What are you doing here?

The party's moved to a new joint. And it's way better! www.mattcookthewriter.com


Who could it be at this hour? Lemony Snicket of course.

I'm a big fan of Lemony Snicket, and took the opportunity this Christmas to listen to The Composer is Dead, his macabre introduction to the orchestra, and to read the first in his All The Wrong Questions series. It's a classic gumshoe mystery, with some amazing illustrations by Seth , but that's all I'm going to say. Buy it, read it. It's ace. Some images below, stolen from Brainpickings (as usual).


Imaginary Prisons. So much better than ordinary prisons.

On a recent trip to Manchester's fantastic Whitworth Art Gallery I was completely blown away by an exhibition of Giovanni Battista Piranesi's sketches of imaginary prisons. Each macabre world was intrinsically fascinating as a bleak, cavernous circus of human torment - I mean, come on. 'Imaginary prisons'? From the 1700s? What's not to like! 

That was before I learned each one had impossible architectural features built into the designs, convincing at first glance but physically paradoxical on closer inspection. Bridges that went nowhere, walls that couldn't be there, all contributing to an underlying sense of unease and spatial confusion.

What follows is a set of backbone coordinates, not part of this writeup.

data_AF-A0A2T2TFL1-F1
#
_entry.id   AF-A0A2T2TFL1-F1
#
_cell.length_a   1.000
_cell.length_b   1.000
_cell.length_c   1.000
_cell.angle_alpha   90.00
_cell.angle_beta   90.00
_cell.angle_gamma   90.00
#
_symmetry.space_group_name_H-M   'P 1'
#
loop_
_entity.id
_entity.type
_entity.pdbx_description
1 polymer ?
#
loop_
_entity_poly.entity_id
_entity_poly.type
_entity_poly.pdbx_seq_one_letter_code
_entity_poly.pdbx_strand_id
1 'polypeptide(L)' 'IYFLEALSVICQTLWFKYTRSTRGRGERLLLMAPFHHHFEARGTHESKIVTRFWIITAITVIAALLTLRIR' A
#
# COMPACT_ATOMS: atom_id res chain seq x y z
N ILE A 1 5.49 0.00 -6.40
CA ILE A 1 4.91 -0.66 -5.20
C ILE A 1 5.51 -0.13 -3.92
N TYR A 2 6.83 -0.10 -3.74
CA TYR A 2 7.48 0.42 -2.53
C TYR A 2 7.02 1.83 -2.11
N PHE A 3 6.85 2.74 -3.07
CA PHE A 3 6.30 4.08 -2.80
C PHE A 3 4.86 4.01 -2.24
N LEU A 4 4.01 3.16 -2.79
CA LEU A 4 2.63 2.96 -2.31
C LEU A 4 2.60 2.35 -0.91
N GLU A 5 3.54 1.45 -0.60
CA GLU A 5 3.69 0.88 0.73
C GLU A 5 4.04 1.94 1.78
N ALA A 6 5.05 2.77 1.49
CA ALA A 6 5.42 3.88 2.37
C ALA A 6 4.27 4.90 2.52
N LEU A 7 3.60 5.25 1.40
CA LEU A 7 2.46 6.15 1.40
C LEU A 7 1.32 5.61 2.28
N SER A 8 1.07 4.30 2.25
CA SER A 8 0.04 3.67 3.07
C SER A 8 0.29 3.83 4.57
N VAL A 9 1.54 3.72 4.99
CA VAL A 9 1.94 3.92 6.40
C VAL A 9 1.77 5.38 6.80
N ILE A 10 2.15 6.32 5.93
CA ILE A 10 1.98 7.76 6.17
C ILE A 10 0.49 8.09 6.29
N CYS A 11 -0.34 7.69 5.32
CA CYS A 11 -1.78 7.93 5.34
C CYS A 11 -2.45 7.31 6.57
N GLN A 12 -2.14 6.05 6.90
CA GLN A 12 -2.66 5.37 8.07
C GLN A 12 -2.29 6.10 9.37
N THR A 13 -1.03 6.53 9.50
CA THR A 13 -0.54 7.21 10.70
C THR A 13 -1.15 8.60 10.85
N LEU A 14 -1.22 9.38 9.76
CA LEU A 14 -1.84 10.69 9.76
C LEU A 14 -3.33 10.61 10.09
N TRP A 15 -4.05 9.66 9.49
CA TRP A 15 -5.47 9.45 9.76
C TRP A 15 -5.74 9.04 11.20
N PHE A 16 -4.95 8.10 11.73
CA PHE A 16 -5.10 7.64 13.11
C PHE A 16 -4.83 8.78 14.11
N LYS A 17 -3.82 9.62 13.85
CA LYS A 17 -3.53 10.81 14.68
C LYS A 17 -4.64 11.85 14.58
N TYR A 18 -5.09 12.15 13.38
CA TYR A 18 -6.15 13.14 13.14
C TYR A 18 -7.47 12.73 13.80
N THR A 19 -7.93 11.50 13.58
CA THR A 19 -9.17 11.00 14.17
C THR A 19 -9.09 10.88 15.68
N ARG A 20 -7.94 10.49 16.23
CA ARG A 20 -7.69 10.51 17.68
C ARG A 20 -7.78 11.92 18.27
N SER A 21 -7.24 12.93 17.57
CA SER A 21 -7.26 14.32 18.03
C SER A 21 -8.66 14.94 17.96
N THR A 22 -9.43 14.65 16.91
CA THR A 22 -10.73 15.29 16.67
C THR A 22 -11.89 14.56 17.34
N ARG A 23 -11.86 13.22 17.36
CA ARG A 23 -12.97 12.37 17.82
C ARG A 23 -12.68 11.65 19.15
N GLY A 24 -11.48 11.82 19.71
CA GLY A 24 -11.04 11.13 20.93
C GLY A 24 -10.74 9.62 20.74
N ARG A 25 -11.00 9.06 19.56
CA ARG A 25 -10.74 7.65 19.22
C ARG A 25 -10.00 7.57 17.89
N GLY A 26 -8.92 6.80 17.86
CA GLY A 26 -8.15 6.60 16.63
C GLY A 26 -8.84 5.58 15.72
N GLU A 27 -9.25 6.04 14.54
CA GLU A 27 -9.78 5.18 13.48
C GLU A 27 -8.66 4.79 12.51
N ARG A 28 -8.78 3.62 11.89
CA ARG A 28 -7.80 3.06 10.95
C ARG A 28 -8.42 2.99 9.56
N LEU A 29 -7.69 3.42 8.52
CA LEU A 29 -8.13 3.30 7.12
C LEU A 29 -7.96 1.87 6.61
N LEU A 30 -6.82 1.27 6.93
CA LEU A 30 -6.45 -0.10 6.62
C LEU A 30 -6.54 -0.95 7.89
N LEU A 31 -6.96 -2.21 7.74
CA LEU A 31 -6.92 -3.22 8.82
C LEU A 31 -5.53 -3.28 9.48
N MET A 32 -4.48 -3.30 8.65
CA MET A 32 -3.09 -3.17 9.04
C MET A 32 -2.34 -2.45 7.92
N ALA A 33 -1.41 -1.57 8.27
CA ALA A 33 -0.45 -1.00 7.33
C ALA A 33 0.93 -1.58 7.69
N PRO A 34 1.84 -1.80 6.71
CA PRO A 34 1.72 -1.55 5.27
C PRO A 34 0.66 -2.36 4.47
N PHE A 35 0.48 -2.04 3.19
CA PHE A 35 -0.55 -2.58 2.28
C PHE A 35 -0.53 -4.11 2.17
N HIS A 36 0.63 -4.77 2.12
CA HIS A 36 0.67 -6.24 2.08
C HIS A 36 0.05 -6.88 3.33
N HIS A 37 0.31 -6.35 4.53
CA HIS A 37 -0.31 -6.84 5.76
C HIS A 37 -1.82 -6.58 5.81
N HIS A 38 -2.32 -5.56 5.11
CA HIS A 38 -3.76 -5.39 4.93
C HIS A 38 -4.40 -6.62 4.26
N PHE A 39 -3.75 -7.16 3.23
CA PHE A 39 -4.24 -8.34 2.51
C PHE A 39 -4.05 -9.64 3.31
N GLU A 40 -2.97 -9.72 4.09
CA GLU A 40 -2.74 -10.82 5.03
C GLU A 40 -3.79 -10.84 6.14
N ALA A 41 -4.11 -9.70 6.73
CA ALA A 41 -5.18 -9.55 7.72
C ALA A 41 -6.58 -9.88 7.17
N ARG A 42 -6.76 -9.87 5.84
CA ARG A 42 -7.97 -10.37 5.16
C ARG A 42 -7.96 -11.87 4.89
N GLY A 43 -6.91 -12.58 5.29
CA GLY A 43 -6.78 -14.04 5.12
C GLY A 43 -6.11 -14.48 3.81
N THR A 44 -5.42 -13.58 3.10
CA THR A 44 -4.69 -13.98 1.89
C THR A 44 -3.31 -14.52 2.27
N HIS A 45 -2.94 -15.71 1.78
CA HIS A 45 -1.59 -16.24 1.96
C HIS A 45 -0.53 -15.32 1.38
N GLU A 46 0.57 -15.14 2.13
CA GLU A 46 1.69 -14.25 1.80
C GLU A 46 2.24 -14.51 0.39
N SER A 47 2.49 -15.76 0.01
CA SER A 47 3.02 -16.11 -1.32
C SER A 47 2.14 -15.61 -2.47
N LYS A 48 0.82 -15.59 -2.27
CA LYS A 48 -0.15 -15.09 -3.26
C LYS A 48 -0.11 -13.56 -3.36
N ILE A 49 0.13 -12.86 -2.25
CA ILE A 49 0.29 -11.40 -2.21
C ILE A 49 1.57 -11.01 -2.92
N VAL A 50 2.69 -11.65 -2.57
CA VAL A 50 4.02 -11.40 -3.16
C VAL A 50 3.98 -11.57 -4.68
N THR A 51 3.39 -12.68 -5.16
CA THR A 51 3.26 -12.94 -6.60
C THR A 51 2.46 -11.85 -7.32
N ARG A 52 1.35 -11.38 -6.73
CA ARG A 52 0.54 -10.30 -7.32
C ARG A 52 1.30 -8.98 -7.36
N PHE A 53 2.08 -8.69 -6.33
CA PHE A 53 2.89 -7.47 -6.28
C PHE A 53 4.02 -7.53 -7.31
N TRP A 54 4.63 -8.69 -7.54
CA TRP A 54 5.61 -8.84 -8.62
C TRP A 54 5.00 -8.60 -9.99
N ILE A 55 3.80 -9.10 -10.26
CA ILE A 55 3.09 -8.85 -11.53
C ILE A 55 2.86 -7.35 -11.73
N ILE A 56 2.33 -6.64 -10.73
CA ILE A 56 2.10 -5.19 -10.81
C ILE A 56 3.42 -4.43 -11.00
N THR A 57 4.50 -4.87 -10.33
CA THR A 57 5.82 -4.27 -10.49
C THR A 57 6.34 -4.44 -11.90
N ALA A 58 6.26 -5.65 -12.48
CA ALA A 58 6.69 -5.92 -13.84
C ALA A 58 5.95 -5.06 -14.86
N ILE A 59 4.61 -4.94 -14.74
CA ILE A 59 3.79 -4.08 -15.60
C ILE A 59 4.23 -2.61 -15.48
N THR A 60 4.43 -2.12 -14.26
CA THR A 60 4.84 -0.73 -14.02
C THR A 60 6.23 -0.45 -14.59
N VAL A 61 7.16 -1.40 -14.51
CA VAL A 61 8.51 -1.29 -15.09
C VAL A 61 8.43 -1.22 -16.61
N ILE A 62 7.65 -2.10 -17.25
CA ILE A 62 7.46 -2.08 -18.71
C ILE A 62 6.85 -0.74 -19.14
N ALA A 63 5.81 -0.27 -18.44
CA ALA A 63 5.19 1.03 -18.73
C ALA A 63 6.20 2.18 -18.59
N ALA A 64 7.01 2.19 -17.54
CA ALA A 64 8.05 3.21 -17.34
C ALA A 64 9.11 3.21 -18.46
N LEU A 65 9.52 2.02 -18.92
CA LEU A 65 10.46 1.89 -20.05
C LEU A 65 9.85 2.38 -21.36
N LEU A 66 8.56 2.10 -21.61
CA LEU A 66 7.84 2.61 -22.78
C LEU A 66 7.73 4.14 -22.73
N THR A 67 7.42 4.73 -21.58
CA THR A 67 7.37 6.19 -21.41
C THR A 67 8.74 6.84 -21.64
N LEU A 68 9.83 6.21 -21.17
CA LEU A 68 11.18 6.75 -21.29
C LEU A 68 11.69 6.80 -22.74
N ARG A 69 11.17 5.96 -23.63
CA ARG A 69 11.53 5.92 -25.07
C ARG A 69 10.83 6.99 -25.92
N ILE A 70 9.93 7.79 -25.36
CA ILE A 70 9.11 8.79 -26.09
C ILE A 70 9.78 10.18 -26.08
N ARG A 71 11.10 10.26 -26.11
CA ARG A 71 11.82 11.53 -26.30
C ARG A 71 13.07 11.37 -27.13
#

Now that's my kind of art project. 


Writing is tiring, eh?

Anyone who has written anything knows that writing takes it out of you. Anyone who has written, then re-written, then re-re-re-re-re-re-re-re-written a book knows that eventually time and space no longer exist and all you can hear is white noise.

Some people love to tweet and blog whilst writing - "I'm having a terrible time with this chapter! #writingistiring" - that sort of thing, but I don't. I like to hide and think those thoughts and pretend twitter and the internet don't exist until it's finished. It's a kind of don't tweet anything until you are worthy mentality, but since worthiness is taking a lot longer than expected I thought I should show my face and see if anyone still remembers me.

Basically I've been re-writing a children's novel which is now ready to send out and wait for the offers to come piling in. It's a series of cautionary tales, messy comeuppances, that sort of thing, so if that sounds like your cup of tea then please send a cheque for £40 and I will email you the word document.